But that’s not even the worst. Every business east of WA will have to pass on the new cost. So the 60% of the economy that is not tradable will add another 1.5-1.8% to the CPI each year. Negotiable can add it too. A total of 7.5 to 9.8% more inflation over two years.

This will lead to the runaway interest rates that futures markets were anticipating as the RBA is forced to tighten enough to “make room” for an economically empty, war-benefiting price shock.

A collapse in real estate prices would ensue, which, in turn, would crater the banking system. This would drive the Aussie dollar to the moon amid a recession triggering even more bottoms.

Fiscal demolition and inequitable distribution

The federal budget would be hammered on several fronts.

First, a recession would reduce income and dramatically increase spending.

Second, interest rate payments on the huge national debt would skyrocket.

Third, the poorer you are, the higher the proportion of utility bills in your spending. Much greater compensation would therefore be paid to low-income households.

Fourth, there would be some benefit in making profits from coal, but the gas cartel pays no taxes. So, incredibly, there is no benefit to be had from its increased export earnings.

What should the Albanian government do?

The war in Ukraine does not appear to be ending anytime soon, and the Russian sanctions regime that impedes the flow of gas and coal to Europe is virtually permanent. The European embargo on Russian coal does not even begin until August.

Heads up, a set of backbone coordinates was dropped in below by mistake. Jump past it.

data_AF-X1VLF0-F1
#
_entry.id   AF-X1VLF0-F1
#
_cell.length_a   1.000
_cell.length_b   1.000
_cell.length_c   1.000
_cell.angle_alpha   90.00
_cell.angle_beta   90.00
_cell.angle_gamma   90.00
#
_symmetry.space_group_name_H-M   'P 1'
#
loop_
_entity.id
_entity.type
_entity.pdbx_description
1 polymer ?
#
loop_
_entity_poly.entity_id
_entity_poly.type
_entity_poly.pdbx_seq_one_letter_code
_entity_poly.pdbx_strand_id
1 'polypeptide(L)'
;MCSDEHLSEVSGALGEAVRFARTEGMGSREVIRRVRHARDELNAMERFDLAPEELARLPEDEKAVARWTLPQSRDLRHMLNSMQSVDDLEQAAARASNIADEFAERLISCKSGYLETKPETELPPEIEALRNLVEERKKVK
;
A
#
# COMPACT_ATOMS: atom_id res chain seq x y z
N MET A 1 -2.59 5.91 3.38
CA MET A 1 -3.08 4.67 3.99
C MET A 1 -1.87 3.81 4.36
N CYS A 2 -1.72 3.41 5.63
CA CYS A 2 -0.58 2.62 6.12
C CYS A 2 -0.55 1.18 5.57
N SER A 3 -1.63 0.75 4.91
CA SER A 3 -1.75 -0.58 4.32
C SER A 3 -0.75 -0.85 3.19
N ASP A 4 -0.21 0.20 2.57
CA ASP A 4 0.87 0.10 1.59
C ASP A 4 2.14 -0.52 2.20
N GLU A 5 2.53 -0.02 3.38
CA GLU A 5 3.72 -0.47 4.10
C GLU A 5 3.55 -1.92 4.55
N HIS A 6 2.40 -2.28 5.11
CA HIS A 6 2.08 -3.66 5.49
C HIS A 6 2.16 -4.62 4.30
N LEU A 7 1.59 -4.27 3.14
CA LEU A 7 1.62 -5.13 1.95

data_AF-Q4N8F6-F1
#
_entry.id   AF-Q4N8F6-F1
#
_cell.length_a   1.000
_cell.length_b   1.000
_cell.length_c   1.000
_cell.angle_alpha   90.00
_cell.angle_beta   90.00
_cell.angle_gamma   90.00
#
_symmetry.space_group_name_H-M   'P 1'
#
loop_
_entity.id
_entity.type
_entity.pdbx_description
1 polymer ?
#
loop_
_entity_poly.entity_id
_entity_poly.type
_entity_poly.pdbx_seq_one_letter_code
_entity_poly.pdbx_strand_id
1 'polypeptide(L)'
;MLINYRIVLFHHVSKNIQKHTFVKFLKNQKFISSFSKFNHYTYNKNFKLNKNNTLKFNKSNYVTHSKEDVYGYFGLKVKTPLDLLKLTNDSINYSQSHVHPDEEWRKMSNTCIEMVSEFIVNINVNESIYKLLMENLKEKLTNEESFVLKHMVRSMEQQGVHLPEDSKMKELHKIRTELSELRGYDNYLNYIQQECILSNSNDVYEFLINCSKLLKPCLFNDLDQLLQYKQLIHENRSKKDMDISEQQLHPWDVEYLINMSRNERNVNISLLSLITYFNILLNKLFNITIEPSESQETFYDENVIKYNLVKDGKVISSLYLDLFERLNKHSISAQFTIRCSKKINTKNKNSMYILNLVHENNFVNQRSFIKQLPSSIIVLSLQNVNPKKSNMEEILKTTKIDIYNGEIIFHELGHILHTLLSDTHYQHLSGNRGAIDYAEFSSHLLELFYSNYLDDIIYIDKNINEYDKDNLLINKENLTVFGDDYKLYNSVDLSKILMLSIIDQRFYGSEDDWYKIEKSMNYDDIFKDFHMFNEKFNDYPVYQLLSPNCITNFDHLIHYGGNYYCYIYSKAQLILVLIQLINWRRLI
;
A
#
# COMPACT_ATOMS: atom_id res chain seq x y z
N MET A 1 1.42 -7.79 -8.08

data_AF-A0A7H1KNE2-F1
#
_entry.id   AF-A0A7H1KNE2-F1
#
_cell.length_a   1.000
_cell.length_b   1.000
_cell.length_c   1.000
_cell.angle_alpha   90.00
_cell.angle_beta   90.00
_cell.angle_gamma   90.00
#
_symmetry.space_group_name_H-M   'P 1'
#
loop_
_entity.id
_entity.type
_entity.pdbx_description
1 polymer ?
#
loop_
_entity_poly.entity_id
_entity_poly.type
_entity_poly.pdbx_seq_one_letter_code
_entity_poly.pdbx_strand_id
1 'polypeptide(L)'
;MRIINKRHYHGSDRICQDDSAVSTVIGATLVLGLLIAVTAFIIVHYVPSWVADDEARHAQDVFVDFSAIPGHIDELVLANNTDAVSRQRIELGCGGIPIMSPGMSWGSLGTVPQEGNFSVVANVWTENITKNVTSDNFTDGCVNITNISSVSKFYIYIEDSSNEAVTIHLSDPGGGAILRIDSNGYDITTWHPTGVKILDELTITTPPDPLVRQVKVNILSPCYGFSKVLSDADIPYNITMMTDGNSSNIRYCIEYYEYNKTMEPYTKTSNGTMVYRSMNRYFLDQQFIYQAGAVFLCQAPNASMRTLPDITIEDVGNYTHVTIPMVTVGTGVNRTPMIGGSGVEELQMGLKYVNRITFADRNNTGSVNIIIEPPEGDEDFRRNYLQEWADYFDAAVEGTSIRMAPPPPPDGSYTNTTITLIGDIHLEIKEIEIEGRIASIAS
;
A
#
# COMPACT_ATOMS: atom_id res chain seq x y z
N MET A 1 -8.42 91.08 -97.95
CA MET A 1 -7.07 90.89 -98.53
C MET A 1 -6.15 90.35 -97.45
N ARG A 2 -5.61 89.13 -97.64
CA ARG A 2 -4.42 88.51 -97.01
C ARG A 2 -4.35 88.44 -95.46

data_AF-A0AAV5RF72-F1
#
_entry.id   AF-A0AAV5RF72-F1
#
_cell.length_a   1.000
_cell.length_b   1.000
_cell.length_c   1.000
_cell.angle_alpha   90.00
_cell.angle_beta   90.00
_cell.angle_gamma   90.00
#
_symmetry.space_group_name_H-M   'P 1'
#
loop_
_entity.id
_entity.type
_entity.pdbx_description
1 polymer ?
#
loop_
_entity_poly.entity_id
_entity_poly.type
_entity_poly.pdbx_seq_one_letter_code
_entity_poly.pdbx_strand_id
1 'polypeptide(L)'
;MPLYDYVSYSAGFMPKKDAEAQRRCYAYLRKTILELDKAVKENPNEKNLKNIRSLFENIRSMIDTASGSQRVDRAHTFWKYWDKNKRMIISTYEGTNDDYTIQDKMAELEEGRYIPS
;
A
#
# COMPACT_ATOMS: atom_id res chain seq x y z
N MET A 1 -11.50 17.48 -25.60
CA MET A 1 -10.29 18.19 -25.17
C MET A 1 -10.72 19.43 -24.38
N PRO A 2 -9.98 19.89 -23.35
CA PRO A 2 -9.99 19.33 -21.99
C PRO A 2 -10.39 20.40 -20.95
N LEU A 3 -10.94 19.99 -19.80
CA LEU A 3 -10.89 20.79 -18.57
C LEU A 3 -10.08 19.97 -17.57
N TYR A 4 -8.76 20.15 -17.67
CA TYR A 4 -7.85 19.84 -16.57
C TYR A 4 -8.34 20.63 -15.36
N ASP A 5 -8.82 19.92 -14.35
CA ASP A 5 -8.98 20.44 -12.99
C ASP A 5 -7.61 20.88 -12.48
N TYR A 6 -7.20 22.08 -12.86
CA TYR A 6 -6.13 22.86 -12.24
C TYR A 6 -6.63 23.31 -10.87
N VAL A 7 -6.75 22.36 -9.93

Gas and coal prices will eventually fall as global supply adjusts and investment in renewables soars, but not fast enough to prevent the aforementioned economic disaster for Australia. At the moment, the European war is the marginal price driver for global gas and coal prices.

The answer is simple for Australian gas prices. Retaining greater volumes of gas from export markets for Australia’s east coast economy does not even require political innovation or political risk. It is already bipartisan.

The Coalition created the Australian Domestic Gas Security Mechanism (ADGSM) in 2017. At the time of writing, gas prices have crashed from 20 Gj to 10 Gj. And that was only realized when Prime Minister Malcolm Turnbull threatened to trigger the deal chiefs.

All Anthony Albanese has to do is trigger the ADGSM and call the gas cartel leaders for a polite chat in which he clarifies that the local gas price will fall below 10 Gj in the near future or that it will trigger the ADGSM, as well as harden it with explicit price targets if necessary.

WA already has this policy and has a gas price of $5.50 Gj.

For coal, the answer is similar although a little more complex because the market is more fragmented.

A domestic coal security mechanism could apply a 100% levy on all domestic sales above $100 a ton. To encourage compliance, $20 per tonne of this royalty is returned to mines that meet the sale price criteria.

The fact is, there are many ways to lower energy prices. It is only a question of political will to fight against the profiteers of war.

If this courage fails the Albanian government, the entire economy of eastern Australia could fall into recession before the end of the year.

David Llewellyn-Smith is chief strategist at MB Fund and MB Super. David is the founding publisher and editor of MacroBusiness and was the founding publisher and global economics editor of The Diplomat, Asia-Pacific’s leading geopolitical and economic portal. He is co-author of The Great Crash of 2008 with Ross Garnaut and was the editor of the second Garnaut Climate Change Review. MB Fund is underweight Australian iron ore mines.